Wednesday, 25 May, 2022

Australian power firm rejects green billionaire's takeover bid

Australian power firm rejects green billionaire's takeover bid

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Australia's biggest carbon emitter AGL said Monday it had rejected an upped takeover bid from billionaire green activist Mike Cannon-Brookes, who wanted to shutter the energy firm's coal-fired power plants.

AGL -- Australia's largest energy company -- said its board had over the weekend rejected a joint bid of $8.25 (US$6) per share from Cannon-Brookes, founder of the tech firm Atlassian, and the Canadian investment giant Brookfield Asset Management.

The firm said in a statement to the Australian stock exchange that the buyout proposal was still "well below the fair value of the company".

The failed bid marked the second offer Cannon-Brookes and Brookfield had put to AGL -- up from $7.50 per share previously -- with a plan to close the company's major coal-fired power plants 15 years early.

Cannon-Brookes had already revealed the AGL rejection on Sunday, declaring "with great sadness" that the bid, worth about $8.5 billion with AGL's debt, would be the pair's final offer to take the energy firm private.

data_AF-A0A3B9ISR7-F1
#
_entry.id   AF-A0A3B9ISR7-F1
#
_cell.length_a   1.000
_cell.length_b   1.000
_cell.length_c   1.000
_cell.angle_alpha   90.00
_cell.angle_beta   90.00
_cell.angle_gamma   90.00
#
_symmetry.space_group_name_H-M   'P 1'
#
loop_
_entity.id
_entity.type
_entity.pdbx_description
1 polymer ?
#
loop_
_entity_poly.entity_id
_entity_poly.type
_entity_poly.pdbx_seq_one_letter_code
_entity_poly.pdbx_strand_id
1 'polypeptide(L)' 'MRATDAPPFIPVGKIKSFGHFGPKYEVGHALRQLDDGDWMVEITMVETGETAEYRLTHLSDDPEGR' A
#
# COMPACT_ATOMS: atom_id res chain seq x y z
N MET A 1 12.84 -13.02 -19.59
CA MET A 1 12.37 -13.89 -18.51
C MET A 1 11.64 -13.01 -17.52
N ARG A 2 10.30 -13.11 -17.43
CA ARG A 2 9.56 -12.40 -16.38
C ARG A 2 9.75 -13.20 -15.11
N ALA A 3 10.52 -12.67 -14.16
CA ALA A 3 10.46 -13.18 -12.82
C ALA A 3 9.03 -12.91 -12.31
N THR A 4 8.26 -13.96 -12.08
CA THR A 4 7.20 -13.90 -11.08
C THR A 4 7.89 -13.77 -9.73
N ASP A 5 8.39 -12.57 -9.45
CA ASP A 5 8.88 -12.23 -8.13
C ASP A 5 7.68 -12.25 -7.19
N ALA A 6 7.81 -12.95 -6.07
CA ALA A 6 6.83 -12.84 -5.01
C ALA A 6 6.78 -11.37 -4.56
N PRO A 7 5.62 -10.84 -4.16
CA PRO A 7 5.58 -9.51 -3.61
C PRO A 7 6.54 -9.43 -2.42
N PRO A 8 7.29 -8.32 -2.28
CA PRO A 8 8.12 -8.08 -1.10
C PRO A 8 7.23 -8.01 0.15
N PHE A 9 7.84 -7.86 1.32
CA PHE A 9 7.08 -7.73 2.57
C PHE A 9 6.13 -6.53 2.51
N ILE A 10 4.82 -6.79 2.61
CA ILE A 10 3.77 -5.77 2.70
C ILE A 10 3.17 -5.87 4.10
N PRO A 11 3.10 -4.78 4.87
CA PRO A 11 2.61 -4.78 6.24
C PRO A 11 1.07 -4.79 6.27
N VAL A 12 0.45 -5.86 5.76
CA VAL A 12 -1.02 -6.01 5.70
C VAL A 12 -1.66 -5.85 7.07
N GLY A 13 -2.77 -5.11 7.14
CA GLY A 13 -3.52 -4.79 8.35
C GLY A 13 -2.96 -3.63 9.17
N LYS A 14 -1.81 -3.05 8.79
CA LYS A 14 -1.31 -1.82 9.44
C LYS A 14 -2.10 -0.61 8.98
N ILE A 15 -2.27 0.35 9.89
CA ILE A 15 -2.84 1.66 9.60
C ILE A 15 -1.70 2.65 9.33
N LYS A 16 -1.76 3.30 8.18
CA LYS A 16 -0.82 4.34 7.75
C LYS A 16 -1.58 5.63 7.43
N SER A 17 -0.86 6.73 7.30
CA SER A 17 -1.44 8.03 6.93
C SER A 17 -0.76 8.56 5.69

"Our path was the world's biggest decarbonisation project," Cannon-Brookes said on Twitter.

Since becoming one of Australia's richest people, worth an estimated US$16 billion, Cannon-Brookes has been outspoken about the need to do more to decarbonise the country's economy and set ambitious climate goals.

If successful, Cannon-Brookes and Brookfield had planned to rapidly decarbonise AGL, including by shutting its coal power plants by 2030 -- rather than 2045 as currently slated.

In its statement to the stock exchange, AGL said it would instead pursue a demerger of the gas and energy parts of its business, a plan that has been met with doubts from some of its key shareholders.

Australia is one of the world's largest exporters of both gas and coal, but the country has also been on the sharp end of climate change, with droughts, deadly bushfires and bleaching events on the Great Barrier Reef becoming more common and more intense as global climate patterns change.